Frank Manzo IV: Lawmakers should consider the social cost of construction wage cuts

June 28, 2017
Frank Manzo IV | Policy Director
Midwest Economic Policy Institute

According to the conservative Wisconsin Taxpayers Alliance (WTA), state legislators and Gov. Scott Walker may soon act to cut the wages of private construction workers by as much as 44 percent.

How? By repealing Wisconsin’s prevailing wage law – the minimum wage standard on state-funded construction projects such as highways, bridges, and other critical infrastructure.

What they haven’t told you is that their own numbers suggestthat this could actually cost taxpayers more than $300 million per year. This is the social cost of wage cuts that would remove thousands of Wisconsin’s working families from the middle class.
The math is really quite simple.

According to the Bureau of Labor Statistics data on which WTA’s analysis relies, the skilled construction workers who would be affected by prevailing wage repeal earn an average of $51,000 per year. The 44 percent savings scenario that WTA and their allies in the Legislature and Walker administration have promised would require that average wage to drop to about $29,000 per year.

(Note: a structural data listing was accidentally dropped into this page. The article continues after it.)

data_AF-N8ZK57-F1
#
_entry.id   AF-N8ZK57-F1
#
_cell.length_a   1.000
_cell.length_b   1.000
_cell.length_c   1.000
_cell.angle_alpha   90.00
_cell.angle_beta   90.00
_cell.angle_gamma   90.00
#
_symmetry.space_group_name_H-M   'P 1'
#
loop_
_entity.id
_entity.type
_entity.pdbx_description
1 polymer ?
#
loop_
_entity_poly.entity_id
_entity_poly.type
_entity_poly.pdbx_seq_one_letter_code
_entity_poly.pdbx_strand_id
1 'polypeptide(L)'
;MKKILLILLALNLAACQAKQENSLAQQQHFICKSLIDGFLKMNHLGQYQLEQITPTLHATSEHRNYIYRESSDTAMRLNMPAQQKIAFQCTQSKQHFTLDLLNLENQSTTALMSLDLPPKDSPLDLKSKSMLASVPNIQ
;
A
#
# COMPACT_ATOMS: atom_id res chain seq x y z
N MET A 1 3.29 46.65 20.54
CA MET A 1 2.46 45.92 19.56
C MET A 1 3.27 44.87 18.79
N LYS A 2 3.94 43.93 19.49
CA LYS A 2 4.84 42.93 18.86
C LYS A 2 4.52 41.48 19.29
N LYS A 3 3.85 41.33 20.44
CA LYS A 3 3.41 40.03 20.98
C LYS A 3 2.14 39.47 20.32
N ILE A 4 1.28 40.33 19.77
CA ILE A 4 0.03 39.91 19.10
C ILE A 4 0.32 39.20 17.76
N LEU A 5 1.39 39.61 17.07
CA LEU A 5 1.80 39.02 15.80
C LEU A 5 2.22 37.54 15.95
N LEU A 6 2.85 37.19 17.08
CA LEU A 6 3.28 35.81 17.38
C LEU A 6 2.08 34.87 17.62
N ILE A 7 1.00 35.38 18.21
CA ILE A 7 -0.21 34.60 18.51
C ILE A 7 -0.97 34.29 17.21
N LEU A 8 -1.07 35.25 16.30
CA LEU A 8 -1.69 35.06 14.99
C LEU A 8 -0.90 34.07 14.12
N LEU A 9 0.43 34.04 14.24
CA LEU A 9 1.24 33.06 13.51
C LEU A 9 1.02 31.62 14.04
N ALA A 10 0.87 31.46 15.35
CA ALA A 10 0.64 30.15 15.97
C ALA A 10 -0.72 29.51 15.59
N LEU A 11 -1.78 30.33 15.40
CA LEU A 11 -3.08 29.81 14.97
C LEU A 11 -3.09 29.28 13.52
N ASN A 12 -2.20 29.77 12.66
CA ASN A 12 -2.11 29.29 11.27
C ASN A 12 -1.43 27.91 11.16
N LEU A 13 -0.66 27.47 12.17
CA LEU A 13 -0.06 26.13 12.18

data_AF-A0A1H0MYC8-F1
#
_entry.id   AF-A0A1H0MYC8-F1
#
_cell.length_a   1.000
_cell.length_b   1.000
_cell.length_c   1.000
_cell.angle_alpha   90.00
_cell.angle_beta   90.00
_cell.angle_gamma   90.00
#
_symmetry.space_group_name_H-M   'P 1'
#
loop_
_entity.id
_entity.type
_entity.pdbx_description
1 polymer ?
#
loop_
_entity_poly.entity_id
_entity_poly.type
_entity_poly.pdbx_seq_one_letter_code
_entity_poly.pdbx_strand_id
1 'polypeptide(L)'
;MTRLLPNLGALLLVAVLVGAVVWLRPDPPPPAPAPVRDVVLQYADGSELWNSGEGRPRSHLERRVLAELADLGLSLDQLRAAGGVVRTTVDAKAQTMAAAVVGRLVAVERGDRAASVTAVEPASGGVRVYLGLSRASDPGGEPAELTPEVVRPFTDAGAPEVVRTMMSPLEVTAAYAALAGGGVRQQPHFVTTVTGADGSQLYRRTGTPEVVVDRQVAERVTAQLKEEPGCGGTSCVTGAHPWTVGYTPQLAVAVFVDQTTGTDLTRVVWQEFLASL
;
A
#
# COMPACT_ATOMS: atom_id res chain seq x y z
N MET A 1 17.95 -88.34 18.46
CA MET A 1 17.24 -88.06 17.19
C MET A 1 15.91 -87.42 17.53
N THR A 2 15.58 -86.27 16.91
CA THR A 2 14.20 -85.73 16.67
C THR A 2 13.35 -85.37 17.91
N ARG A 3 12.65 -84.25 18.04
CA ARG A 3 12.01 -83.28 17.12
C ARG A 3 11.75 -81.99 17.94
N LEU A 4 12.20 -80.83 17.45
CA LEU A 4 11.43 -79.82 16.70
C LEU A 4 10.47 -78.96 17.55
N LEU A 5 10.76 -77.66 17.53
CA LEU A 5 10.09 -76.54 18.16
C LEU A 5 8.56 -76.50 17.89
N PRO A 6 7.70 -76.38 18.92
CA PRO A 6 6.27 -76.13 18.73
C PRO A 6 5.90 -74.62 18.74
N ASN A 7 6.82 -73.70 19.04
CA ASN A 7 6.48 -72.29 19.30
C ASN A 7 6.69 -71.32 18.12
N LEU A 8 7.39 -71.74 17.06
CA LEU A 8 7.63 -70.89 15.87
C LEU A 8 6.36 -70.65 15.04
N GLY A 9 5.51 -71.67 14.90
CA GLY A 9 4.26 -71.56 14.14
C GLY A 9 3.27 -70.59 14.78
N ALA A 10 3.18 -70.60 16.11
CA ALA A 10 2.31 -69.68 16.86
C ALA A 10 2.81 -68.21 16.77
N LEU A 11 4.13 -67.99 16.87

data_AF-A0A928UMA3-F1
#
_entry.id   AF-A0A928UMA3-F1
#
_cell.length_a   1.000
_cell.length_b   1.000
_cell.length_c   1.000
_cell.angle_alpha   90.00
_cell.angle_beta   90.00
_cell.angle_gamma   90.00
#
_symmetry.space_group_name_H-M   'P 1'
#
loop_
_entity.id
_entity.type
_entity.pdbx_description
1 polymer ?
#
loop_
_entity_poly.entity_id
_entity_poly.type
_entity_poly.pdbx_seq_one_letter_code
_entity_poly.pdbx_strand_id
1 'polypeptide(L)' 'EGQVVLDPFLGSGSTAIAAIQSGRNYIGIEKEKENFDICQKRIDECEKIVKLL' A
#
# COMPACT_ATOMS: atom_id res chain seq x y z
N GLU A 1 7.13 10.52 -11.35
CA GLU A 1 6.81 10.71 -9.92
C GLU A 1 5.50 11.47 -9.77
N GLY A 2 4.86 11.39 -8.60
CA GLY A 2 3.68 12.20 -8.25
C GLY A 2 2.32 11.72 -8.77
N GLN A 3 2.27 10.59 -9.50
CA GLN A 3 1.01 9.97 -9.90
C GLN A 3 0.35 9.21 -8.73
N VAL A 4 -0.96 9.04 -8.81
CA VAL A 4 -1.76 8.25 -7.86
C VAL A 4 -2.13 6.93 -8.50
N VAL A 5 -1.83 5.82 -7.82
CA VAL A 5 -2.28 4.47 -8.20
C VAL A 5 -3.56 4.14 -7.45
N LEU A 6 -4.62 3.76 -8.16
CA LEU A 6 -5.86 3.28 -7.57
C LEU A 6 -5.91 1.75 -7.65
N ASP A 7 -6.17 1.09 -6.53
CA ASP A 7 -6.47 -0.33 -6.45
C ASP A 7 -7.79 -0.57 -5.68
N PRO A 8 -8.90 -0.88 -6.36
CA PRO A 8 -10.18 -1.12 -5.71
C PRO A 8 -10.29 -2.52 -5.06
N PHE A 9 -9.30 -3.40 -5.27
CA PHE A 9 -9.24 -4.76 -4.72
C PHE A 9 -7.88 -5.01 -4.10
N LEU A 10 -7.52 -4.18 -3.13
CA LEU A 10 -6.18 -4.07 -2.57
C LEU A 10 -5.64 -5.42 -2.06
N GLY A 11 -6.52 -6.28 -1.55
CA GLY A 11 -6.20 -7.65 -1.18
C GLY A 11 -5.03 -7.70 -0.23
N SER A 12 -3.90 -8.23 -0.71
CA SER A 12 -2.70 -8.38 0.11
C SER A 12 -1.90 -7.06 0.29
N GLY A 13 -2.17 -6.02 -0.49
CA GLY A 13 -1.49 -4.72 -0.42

When you add up all of the health-care, home-heating, and food subsidies for which these workers and their families would then qualify, as well as low-income tax credits and the lost income tax revenue that the state would have to find from other taxpayers, the total cost of Wisconsin’s wage cut exceeds $300 million annually.

How can any legislator – especially those who campaigned on promises of lifting wages and fiscal responsibility – defend such a position?

The short answer is by ignoring basic math, the fundamental realities of the construction industry and the economy, or both.

Construction is dangerous work. When it comes to the things the public relies on – schools, roads, transit systems and water facilities – having well-trained professionals on the job matters. By establishing criteria that reflect local market standards and incentivize contractors to invest in workforce training, research shows that prevailing wage laws dramatically increase local hiring, productivity, efficiency and safety on the worksite. In doing so, they simultaneously reduce waste, and reduce spending on fuels, materials, equipment and purchased services.

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